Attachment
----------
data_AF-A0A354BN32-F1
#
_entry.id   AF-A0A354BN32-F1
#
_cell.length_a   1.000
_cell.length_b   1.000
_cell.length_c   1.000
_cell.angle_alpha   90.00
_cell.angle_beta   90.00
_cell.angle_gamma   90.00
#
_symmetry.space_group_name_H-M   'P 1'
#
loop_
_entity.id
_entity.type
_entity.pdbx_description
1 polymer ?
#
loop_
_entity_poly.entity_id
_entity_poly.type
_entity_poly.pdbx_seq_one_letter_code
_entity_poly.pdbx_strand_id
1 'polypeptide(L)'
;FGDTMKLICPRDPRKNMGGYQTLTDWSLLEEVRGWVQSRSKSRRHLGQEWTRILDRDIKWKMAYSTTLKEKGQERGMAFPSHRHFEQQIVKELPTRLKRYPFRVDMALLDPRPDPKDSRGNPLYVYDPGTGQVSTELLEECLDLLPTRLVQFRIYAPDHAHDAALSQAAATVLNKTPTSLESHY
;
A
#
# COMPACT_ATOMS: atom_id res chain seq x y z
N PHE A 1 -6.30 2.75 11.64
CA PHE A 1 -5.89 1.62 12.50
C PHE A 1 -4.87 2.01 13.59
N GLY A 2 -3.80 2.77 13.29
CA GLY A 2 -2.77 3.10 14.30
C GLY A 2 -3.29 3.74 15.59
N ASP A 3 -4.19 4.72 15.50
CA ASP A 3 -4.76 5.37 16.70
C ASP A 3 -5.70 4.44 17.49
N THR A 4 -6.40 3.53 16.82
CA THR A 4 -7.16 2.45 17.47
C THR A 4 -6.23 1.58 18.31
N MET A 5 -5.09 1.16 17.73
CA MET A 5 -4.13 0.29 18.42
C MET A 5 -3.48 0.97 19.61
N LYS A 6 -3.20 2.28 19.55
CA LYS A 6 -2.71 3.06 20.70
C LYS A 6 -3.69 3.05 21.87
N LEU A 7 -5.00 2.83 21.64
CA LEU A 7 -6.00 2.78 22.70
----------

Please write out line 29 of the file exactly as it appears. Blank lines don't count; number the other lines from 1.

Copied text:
#